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Estimating The Intrinsic Value Of United Parcel Service, Inc. (NYSE:UPS)

Key Insights

  • Using the 2 Stage Free Cash Flow to Equity, United Parcel Service fair value estimate is US$172

  • United Parcel Service's US$143 share price indicates it is trading at similar levels as its fair value estimate

  • The US$160 analyst price target for UPS is 6.5% less than our estimate of fair value

Today we will run through one way of estimating the intrinsic value of United Parcel Service, Inc. (NYSE:UPS) by projecting its future cash flows and then discounting them to today's value. The Discounted Cash Flow (DCF) model is the tool we will apply to do this. Before you think you won't be able to understand it, just read on! It's actually much less complex than you'd imagine.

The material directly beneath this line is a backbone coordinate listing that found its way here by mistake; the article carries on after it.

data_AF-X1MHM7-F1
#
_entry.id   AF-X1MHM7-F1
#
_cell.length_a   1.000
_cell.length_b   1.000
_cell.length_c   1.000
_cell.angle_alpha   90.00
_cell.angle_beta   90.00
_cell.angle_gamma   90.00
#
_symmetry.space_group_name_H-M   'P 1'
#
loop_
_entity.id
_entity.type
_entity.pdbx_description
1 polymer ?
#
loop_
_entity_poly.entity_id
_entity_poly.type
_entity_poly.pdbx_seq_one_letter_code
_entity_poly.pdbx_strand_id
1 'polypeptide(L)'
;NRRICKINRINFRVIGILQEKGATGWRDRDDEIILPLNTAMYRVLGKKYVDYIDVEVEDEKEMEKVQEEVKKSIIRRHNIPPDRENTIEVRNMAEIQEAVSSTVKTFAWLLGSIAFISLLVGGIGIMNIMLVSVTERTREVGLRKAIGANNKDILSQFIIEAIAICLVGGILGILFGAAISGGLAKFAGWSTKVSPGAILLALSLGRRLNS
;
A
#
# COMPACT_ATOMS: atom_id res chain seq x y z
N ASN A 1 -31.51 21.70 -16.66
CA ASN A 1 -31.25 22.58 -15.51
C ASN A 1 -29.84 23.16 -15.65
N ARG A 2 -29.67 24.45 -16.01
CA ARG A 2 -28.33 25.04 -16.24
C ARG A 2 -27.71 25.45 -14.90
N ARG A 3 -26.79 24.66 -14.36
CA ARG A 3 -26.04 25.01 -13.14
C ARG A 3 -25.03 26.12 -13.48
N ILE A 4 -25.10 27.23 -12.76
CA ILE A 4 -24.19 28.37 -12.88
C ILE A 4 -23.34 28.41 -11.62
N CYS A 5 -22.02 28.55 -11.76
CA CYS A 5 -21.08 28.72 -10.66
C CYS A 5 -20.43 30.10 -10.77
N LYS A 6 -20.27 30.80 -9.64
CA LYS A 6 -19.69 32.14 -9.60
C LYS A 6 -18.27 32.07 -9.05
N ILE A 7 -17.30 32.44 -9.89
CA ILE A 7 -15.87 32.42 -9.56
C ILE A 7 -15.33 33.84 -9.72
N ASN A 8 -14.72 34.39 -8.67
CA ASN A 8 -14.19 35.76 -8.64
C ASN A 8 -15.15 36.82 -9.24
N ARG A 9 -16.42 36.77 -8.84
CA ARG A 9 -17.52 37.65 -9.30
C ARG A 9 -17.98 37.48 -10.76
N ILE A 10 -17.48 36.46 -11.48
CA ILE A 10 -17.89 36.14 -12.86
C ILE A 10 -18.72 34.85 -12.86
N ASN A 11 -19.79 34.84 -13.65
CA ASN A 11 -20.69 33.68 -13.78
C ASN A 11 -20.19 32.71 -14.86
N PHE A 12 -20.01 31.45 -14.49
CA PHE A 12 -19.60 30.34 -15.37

We would caution that there are many ways of valuing a company and, like the DCF, each technique has advantages and disadvantages in certain scenarios. If you want to learn more about discounted cash flow, the rationale behind this calculation can be read in detail in the Simply Wall St analysis model.

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Check out our latest analysis for United Parcel Service

The Calculation